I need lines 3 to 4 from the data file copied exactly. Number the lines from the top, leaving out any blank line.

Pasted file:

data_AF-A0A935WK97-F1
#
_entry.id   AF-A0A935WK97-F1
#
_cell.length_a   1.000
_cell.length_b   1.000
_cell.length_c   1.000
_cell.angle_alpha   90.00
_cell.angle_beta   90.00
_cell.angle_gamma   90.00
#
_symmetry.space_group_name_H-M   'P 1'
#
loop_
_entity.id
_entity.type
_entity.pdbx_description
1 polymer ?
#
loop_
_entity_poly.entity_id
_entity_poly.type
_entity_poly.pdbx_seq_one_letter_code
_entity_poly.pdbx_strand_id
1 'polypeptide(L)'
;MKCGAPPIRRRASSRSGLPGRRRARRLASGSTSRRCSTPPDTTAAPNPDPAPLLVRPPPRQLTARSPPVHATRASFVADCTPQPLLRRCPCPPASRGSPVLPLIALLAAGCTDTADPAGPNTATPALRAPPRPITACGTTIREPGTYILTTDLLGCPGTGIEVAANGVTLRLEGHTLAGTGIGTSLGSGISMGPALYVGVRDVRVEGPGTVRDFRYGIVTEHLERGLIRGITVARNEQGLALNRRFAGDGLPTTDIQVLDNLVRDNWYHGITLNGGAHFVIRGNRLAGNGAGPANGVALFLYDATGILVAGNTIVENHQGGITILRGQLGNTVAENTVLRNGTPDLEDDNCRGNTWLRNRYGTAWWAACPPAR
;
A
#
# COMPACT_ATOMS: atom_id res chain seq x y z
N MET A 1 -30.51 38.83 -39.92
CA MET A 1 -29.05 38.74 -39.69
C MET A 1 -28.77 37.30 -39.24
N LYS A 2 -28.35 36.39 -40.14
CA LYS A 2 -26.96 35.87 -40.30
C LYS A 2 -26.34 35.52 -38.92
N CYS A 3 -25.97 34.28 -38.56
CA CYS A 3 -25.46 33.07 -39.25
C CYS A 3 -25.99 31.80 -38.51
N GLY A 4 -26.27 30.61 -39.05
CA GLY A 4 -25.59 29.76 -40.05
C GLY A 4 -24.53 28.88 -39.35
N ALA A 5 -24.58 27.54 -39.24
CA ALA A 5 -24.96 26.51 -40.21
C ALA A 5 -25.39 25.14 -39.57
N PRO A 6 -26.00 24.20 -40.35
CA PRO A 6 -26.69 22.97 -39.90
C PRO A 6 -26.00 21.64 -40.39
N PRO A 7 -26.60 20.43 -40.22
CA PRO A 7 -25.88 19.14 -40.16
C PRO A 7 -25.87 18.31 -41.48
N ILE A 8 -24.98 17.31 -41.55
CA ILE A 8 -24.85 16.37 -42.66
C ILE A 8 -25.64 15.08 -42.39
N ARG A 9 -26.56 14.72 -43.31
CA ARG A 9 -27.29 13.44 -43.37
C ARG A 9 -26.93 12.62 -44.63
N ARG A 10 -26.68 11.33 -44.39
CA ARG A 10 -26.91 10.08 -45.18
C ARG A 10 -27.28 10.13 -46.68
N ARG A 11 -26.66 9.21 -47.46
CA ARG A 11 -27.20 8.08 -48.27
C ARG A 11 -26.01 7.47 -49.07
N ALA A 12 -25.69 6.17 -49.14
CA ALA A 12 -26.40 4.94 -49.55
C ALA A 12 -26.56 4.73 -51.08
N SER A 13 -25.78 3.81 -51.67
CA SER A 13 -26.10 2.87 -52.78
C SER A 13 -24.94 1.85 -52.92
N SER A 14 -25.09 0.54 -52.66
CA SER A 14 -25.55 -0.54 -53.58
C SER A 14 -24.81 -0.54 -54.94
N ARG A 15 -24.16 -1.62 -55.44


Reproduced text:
_entry.id   AF-A0A935WK97-F1
#